I’m an American, and I believe passionately in freedom. I believe in the individual pursuit of happiness. So it troubles me when my president wants to take that away and starts sounding like a socialist. In a socialist society, no one gets to keep the product of his work. Instead, the government redistributes money to force financial “equality” upon the people. Bush recently chimed in on the popular political notion of “income inequality,” claiming an increasing gap and the possibility that something should be done about it. Something … like what? Federal Reserve Chairman Ben Bernanke gave us a clue... continue reading
After making a brief appearance in 2005 and spending 2006 in the wings, Social Security reform took center stage again last week with the inclusion of “personal retirement accounts” in President Bush’s budget proposal. Following the delivery of that budget blueprint, Congressional Democrats announced they were no longer willing to discuss reform options. A bipartisan working group being shaped by the Administration to explore solutions to the looming entitlement crises all but fell apart. Unfortunately, ignoring the situation isn’t an option. The president’s fiscal year 2008 budget envisions providing resources for voluntary accounts funded by a portion of a worker’s... continue reading
Longtime Internet users will recognize the phrase “ All your base are belong to us.” It’s a comically stupid but popular English translation from a late ’80s Japanese video game. In a nutshell, it is a declaration of dominance – everything of yours is now mine. That sentiment has emerged in Washington – from Hillary Clinton. The presidential candidate used it when she made her feelings about private property known at the Democratic National Committee’s winter meeting. Clinton must have been shocked that the free market works so well that some Americans actually profit from dealings other than Whitewater. So... continue reading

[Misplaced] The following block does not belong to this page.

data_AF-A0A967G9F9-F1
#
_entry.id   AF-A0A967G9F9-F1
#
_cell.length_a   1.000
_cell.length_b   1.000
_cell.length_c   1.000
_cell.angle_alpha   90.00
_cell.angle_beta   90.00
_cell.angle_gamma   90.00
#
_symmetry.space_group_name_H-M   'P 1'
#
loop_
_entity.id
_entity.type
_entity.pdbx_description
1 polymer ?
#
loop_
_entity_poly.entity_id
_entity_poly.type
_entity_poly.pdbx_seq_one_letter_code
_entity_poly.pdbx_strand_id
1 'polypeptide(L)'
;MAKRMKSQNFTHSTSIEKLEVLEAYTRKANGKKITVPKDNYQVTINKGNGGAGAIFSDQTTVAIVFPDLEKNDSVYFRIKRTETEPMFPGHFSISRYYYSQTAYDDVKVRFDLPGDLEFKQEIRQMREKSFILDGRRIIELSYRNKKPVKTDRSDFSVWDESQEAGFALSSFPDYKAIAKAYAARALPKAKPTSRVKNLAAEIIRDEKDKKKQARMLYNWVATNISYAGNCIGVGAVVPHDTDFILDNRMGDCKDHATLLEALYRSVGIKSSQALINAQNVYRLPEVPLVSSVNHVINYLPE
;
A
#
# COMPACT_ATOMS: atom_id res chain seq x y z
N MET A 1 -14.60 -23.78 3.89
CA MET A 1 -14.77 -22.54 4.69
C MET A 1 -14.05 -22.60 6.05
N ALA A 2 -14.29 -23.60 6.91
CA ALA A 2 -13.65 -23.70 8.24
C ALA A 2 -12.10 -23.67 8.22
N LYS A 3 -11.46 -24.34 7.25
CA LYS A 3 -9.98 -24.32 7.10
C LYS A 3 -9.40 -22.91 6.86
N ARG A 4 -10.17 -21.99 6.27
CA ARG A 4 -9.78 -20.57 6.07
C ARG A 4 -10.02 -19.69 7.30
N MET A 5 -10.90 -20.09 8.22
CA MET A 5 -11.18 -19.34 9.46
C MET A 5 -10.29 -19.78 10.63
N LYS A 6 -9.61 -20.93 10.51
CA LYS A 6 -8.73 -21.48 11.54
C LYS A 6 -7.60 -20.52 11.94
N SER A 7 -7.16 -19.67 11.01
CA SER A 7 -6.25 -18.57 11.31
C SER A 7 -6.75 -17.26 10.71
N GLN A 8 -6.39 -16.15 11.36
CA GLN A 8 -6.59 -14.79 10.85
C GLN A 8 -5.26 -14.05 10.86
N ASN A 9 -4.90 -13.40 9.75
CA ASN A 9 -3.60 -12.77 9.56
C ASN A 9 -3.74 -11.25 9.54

If you want to shut down a debate, simply call your opponent a Nazi. It’s quick, easy and requires no thought whatsoever. Laugh at your opponent without allowing him to speak. Oh, and make a film about your point of view and name it “The Truth.” It’s worked well for the global warming bandwagoners – and conservatives can’t seem to get out of defensive mode. “Every time you address the Holocaust, you don’t bring somebody in that says it didn’t happen. And we’re at that stage now. We have Holocaust deniers; we have climate change deniers. And to be honest,... continue reading
"The Power of Choice: The Life and Ideas of Milton Friedman" is scheduled to air on PBS Monday, Jan. 29, 2007 at 10 p.m. ET. For local listings click here . “The Power of Choice,” a documentary on the life and ideas of Milton Friedman, is an excellent film, but it should have been titled "The Power of Ideas." It is the inspiring story of how a son of poor immigrants by the power of his ideas changed the lives of millions of people for the better. Milton Friedman was a true champion of freedom, as the film makes clear,... continue reading